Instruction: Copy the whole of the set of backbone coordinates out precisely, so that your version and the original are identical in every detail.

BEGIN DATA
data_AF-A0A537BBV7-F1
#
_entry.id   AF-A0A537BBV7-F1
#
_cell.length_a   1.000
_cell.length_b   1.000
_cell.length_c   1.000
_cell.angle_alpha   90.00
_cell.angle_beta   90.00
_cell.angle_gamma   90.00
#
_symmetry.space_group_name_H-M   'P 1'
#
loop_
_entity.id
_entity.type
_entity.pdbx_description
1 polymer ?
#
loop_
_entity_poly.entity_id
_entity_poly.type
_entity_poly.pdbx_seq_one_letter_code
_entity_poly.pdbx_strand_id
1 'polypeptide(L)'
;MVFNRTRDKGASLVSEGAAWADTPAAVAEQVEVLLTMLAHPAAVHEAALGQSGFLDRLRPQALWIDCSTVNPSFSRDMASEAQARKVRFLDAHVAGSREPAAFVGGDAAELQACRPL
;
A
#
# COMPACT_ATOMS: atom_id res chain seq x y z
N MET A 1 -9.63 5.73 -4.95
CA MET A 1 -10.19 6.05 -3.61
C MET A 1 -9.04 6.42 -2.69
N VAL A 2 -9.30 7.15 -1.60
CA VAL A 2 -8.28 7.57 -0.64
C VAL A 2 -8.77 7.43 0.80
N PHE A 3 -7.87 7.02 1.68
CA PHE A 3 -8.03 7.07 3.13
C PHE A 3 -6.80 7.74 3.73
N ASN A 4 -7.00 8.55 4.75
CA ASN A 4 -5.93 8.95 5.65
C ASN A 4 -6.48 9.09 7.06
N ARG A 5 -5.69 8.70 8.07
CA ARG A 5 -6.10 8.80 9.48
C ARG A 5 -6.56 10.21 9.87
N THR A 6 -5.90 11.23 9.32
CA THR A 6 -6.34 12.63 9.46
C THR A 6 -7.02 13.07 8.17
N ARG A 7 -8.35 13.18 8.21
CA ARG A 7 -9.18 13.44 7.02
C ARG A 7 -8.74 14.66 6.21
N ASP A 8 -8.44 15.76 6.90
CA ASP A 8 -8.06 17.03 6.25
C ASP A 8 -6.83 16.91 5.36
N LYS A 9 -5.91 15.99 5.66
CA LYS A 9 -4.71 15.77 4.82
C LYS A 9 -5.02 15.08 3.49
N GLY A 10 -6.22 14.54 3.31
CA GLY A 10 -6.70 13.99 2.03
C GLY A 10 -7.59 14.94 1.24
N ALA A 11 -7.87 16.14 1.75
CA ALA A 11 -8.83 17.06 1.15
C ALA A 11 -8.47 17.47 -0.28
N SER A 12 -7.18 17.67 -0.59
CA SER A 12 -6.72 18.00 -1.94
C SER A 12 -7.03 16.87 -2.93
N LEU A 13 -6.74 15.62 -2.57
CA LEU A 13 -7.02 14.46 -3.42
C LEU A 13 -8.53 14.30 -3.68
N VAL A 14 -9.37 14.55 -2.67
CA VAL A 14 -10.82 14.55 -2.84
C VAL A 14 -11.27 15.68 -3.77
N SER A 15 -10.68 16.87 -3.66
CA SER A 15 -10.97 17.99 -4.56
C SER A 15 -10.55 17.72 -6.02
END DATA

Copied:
data_AF-A0A537BBV7-F1
#
_entry.id   AF-A0A537BBV7-F1
#
_cell.length_a   1.000
_cell.length_b   1.000
_cell.length_c   1.000
_cell.angle_alpha   90.00
_cell.angle_beta   90.00
_cell.angle_gamma   90.00
#
_symmetry.space_group_name_H-M   'P 1'
#
loop_
_entity.id
_entity.type
_entity.pdbx_description
1 polymer ?
#
loop_
_entity_poly.entity_id
_entity_poly.type
_entity_poly.pdbx_seq_one_letter_code
_entity_poly.pdbx_strand_id
1 'polypeptide(L)'
;MVFNRTRDKGASLVSEGAAWADTPAAVAEQVEVLLTMLAHPAAVHEAALGQSGFLDRLRPQALWIDCSTVNPSFSRDMASEAQARKVRFLDAHVAGSREPAAFVGGDAAELQACRPL
;
A
#
# COMPACT_ATOMS: atom_id res chain seq x y z
N MET A 1 -9.63 5.73 -4.95
CA MET A 1 -10.19 6.05 -3.61
C MET A 1 -9.04 6.42 -2.69
N VAL A 2 -9.30 7.15 -1.60
CA VAL A 2 -8.28 7.57 -0.64
C VAL A 2 -8.77 7.43 0.80
N PHE A 3 -7.87 7.02 1.68
CA PHE A 3 -8.03 7.07 3.13
C PHE A 3 -6.80 7.74 3.73
N ASN A 4 -7.00 8.55 4.75
CA ASN A 4 -5.93 8.95 5.65
C ASN A 4 -6.48 9.09 7.06
N ARG A 5 -5.69 8.70 8.07
CA ARG A 5 -6.10 8.80 9.48
C ARG A 5 -6.56 10.21 9.87
N THR A 6 -5.90 11.23 9.32
CA THR A 6 -6.34 12.63 9.46
C THR A 6 -7.02 13.07 8.17
N ARG A 7 -8.35 13.18 8.21
CA ARG A 7 -9.18 13.44 7.02
C ARG A 7 -8.74 14.66 6.21
N ASP A 8 -8.44 15.76 6.90
CA ASP A 8 -8.06 17.03 6.25
C ASP A 8 -6.83 16.91 5.36
N LYS A 9 -5.91 15.99 5.66
CA LYS A 9 -4.71 15.77 4.82
C LYS A 9 -5.02 15.08 3.49
N GLY A 10 -6.22 14.54 3.31
CA GLY A 10 -6.70 13.99 2.03
C GLY A 10 -7.59 14.94 1.24
N ALA A 11 -7.87 16.14 1.75
CA ALA A 11 -8.83 17.06 1.15
C ALA A 11 -8.47 17.47 -0.28
N SER A 12 -7.18 17.67 -0.59
CA SER A 12 -6.72 18.00 -1.94
C SER A 12 -7.03 16.87 -2.93
N LEU A 13 -6.74 15.62 -2.57
CA LEU A 13 -7.02 14.46 -3.42
C LEU A 13 -8.53 14.30 -3.68
N VAL A 14 -9.37 14.55 -2.67
CA VAL A 14 -10.82 14.55 -2.84
C VAL A 14 -11.27 15.68 -3.77
N SER A 15 -10.68 16.87 -3.66
CA SER A 15 -10.97 17.99 -4.56
C SER A 15 -10.55 17.72 -6.02